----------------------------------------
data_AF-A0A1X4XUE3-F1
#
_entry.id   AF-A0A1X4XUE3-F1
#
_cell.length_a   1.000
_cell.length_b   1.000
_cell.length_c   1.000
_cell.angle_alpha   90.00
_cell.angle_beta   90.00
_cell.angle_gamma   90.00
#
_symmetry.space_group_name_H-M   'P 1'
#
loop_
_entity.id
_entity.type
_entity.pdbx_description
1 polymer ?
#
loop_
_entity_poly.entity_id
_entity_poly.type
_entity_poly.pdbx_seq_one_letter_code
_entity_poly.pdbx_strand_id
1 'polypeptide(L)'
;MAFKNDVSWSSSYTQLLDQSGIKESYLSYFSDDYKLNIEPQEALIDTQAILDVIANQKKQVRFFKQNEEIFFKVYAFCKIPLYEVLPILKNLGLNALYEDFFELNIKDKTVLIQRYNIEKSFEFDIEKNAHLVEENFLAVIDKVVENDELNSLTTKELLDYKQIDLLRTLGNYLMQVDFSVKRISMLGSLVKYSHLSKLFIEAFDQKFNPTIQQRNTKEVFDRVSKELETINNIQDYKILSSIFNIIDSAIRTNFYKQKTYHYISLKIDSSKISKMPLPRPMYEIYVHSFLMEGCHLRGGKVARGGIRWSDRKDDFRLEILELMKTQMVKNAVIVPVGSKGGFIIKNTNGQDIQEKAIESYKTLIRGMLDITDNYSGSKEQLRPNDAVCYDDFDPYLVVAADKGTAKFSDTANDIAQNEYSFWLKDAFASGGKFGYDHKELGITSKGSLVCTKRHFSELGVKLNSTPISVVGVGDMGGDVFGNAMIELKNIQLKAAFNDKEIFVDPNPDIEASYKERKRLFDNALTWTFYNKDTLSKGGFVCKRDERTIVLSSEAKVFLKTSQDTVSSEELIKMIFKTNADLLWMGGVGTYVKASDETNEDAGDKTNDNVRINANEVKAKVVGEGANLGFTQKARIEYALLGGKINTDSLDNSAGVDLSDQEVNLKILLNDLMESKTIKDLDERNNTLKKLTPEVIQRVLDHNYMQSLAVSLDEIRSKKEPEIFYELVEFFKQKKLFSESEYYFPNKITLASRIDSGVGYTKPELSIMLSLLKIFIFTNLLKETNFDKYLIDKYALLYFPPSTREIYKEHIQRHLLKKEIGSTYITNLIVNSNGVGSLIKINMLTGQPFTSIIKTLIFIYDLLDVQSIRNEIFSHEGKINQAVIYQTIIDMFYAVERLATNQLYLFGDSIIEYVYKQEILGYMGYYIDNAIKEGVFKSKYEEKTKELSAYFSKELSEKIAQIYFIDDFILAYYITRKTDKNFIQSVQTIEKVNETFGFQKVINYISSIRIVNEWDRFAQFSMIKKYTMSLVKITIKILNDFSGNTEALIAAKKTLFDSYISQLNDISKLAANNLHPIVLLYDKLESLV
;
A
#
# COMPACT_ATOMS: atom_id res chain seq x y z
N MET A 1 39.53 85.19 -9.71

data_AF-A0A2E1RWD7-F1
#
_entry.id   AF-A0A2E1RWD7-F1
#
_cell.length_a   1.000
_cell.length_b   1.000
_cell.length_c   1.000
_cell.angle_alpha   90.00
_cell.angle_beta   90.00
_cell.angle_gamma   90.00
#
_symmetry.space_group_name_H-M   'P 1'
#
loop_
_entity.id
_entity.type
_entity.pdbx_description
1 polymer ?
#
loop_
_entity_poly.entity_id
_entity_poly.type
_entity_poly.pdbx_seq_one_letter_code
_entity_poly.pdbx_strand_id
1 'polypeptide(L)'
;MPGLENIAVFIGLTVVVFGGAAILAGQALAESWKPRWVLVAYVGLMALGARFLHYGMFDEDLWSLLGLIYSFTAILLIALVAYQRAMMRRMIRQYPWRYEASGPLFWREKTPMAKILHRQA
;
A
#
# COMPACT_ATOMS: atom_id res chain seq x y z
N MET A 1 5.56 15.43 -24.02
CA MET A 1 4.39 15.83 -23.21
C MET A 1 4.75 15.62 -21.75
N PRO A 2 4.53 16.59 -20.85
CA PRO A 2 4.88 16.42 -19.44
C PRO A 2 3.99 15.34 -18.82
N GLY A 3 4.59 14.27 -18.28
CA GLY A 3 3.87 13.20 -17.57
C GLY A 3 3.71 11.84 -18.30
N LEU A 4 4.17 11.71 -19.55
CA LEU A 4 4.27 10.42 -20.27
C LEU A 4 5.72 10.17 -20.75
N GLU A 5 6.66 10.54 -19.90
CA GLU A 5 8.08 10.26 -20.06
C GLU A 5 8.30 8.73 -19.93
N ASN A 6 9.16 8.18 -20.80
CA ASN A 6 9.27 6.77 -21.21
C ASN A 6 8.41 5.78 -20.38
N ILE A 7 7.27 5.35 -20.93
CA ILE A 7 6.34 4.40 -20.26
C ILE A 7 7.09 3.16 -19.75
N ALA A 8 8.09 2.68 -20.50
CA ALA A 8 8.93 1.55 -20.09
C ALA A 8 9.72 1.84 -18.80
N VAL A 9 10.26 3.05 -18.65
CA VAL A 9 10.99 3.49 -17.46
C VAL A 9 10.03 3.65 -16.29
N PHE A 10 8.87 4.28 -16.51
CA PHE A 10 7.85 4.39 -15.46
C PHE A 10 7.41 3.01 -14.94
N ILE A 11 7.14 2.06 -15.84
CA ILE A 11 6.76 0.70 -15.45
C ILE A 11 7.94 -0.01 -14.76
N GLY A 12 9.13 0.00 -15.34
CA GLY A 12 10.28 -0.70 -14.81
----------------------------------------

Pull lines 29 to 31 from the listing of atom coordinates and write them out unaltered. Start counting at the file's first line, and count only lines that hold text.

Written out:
#
# COMPACT_ATOMS: atom_id res chain seq x y z
N MET A 1 39.53 85.19 -9.71